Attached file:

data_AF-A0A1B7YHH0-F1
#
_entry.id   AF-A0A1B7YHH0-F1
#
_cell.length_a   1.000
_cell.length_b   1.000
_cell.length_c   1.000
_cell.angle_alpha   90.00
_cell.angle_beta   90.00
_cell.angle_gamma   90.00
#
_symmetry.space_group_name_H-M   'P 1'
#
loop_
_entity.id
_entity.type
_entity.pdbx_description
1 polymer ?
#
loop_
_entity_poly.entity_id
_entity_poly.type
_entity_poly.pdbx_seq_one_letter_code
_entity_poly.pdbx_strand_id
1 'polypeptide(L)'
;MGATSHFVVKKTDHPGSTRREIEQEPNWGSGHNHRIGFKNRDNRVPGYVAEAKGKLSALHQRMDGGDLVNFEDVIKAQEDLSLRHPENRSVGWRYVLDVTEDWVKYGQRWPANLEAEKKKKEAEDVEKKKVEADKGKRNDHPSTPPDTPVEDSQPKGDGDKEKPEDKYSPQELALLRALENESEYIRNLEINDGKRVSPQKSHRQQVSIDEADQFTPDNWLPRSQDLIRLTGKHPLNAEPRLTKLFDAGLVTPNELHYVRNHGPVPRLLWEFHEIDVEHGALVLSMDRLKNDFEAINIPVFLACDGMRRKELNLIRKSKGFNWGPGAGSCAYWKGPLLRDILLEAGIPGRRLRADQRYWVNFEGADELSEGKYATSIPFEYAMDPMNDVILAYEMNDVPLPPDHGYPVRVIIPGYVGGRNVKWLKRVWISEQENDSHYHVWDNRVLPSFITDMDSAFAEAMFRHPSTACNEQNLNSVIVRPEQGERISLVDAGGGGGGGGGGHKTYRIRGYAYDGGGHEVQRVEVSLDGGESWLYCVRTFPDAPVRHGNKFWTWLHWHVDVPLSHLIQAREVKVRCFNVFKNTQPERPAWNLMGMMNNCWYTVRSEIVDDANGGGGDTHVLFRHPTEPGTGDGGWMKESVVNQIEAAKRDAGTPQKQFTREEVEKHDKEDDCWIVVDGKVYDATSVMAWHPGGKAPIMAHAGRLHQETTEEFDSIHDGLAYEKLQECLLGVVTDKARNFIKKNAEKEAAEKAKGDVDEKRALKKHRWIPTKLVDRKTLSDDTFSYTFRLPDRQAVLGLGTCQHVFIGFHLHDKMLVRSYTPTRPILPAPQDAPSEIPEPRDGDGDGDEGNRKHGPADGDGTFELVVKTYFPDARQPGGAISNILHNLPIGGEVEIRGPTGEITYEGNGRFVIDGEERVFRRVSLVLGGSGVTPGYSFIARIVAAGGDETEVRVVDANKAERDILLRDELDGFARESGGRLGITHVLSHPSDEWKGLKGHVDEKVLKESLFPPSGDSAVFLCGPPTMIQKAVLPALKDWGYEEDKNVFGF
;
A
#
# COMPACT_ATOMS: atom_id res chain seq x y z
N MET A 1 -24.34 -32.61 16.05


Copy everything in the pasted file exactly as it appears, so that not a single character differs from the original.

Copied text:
data_AF-A0A1B7YHH0-F1
#
_entry.id   AF-A0A1B7YHH0-F1
#
_cell.length_a   1.000
_cell.length_b   1.000
_cell.length_c   1.000
_cell.angle_alpha   90.00
_cell.angle_beta   90.00
_cell.angle_gamma   90.00
#
_symmetry.space_group_name_H-M   'P 1'
#
loop_
_entity.id
_entity.type
_entity.pdbx_description
1 polymer ?
#
loop_
_entity_poly.entity_id
_entity_poly.type
_entity_poly.pdbx_seq_one_letter_code
_entity_poly.pdbx_strand_id
1 'polypeptide(L)'
;MGATSHFVVKKTDHPGSTRREIEQEPNWGSGHNHRIGFKNRDNRVPGYVAEAKGKLSALHQRMDGGDLVNFEDVIKAQEDLSLRHPENRSVGWRYVLDVTEDWVKYGQRWPANLEAEKKKKEAEDVEKKKVEADKGKRNDHPSTPPDTPVEDSQPKGDGDKEKPEDKYSPQELALLRALENESEYIRNLEINDGKRVSPQKSHRQQVSIDEADQFTPDNWLPRSQDLIRLTGKHPLNAEPRLTKLFDAGLVTPNELHYVRNHGPVPRLLWEFHEIDVEHGALVLSMDRLKNDFEAINIPVFLACDGMRRKELNLIRKSKGFNWGPGAGSCAYWKGPLLRDILLEAGIPGRRLRADQRYWVNFEGADELSEGKYATSIPFEYAMDPMNDVILAYEMNDVPLPPDHGYPVRVIIPGYVGGRNVKWLKRVWISEQENDSHYHVWDNRVLPSFITDMDSAFAEAMFRHPSTACNEQNLNSVIVRPEQGERISLVDAGGGGGGGGGGHKTYRIRGYAYDGGGHEVQRVEVSLDGGESWLYCVRTFPDAPVRHGNKFWTWLHWHVDVPLSHLIQAREVKVRCFNVFKNTQPERPAWNLMGMMNNCWYTVRSEIVDDANGGGGDTHVLFRHPTEPGTGDGGWMKESVVNQIEAAKRDAGTPQKQFTREEVEKHDKEDDCWIVVDGKVYDATSVMAWHPGGKAPIMAHAGRLHQETTEEFDSIHDGLAYEKLQECLLGVVTDKARNFIKKNAEKEAAEKAKGDVDEKRALKKHRWIPTKLVDRKTLSDDTFSYTFRLPDRQAVLGLGTCQHVFIGFHLHDKMLVRSYTPTRPILPAPQDAPSEIPEPRDGDGDGDEGNRKHGPADGDGTFELVVKTYFPDARQPGGAISNILHNLPIGGEVEIRGPTGEITYEGNGRFVIDGEERVFRRVSLVLGGSGVTPGYSFIARIVAAGGDETEVRVVDANKAERDILLRDELDGFARESGGRLGITHVLSHPSDEWKGLKGHVDEKVLKESLFPPSGDSAVFLCGPPTMIQKAVLPALKDWGYEEDKNVFGF
;
A
#
# COMPACT_ATOMS: atom_id res chain seq x y z
N MET A 1 -24.34 -32.61 16.05